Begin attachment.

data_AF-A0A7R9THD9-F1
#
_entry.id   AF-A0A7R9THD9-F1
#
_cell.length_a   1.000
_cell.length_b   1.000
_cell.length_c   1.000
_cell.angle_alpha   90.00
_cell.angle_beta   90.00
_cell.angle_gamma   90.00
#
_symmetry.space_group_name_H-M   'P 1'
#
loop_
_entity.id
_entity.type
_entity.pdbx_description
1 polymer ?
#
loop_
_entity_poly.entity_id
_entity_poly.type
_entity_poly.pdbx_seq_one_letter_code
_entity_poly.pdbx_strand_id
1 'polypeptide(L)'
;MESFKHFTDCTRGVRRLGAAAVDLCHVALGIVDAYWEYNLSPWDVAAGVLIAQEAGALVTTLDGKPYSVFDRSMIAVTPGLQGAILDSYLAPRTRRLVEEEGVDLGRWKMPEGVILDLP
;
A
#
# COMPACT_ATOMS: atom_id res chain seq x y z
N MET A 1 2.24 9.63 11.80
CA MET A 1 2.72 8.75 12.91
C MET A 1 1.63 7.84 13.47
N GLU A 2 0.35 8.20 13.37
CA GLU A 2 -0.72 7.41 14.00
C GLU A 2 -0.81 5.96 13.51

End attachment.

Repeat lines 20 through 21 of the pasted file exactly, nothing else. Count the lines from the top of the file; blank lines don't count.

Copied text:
loop_
_entity_poly.entity_id